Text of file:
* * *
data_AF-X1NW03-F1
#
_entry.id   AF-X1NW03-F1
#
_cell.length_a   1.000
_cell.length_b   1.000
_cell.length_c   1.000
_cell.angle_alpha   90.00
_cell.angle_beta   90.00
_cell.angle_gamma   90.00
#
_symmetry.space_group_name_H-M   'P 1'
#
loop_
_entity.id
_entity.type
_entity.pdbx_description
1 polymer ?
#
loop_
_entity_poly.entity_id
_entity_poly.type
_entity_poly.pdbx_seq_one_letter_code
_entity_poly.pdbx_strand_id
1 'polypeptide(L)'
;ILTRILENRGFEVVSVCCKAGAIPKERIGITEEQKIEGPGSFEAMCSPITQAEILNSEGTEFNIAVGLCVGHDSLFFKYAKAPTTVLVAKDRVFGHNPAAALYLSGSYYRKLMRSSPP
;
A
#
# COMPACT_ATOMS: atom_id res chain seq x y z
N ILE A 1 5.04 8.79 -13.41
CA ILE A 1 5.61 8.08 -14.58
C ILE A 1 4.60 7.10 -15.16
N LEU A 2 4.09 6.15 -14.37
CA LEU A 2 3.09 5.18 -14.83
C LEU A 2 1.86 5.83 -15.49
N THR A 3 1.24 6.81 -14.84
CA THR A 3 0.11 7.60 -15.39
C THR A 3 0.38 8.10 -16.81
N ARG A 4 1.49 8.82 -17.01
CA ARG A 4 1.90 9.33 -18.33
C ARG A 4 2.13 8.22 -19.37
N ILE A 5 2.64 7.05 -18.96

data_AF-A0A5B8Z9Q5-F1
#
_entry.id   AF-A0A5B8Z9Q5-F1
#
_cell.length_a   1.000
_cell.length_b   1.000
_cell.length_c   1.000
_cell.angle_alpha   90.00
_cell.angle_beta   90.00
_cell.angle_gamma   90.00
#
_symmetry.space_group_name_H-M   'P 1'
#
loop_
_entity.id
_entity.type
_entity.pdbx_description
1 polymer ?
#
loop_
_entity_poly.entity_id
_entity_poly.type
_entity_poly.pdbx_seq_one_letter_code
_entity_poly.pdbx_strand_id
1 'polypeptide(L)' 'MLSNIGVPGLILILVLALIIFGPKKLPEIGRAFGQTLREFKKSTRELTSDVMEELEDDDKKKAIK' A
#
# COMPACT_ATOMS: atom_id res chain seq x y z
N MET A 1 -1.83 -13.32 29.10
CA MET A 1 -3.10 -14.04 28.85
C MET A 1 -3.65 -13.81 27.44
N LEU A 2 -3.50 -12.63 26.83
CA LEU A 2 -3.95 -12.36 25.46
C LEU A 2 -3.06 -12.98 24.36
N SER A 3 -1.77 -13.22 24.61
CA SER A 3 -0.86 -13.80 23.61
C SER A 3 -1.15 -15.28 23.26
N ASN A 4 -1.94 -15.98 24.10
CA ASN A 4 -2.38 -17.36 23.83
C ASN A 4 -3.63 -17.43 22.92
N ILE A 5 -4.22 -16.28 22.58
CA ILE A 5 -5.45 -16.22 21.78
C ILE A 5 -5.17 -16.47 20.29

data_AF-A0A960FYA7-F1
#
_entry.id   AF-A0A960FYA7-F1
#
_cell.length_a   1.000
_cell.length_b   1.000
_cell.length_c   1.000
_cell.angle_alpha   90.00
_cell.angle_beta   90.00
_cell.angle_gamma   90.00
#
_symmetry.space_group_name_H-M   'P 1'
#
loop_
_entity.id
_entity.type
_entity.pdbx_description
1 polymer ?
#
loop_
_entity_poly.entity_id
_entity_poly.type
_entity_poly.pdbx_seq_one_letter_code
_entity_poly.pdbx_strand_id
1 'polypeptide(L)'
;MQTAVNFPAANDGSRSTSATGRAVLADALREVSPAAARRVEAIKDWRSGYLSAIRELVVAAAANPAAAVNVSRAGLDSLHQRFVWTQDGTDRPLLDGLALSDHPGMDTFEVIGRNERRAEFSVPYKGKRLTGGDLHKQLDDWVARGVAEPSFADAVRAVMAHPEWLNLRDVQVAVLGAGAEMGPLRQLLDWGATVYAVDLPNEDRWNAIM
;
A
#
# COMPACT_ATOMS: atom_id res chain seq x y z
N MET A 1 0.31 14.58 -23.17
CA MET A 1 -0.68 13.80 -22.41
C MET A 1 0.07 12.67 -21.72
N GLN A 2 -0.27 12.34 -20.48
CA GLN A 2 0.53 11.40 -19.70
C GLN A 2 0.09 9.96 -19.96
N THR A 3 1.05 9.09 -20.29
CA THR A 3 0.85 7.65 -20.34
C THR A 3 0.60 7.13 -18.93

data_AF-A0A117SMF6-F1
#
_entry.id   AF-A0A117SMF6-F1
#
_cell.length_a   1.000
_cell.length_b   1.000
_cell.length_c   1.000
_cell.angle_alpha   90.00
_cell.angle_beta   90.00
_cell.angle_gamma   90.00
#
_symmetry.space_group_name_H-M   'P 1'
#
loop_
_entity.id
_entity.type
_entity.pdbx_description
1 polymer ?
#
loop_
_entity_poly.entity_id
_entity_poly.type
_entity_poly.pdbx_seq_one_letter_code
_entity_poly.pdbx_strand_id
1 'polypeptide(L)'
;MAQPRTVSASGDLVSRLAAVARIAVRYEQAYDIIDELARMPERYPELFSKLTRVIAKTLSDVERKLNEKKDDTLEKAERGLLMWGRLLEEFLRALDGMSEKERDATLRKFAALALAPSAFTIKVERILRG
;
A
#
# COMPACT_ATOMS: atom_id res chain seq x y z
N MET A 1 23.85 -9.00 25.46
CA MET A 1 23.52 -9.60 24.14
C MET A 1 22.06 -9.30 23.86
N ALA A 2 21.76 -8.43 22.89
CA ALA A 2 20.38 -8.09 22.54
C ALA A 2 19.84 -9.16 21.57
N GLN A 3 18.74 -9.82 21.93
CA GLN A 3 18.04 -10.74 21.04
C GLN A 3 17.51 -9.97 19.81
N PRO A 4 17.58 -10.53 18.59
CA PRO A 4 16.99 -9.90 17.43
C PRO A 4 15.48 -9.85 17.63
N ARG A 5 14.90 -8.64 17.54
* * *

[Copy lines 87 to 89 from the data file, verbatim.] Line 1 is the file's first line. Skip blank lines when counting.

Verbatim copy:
#
_entry.id   AF-A0A960FYA7-F1
#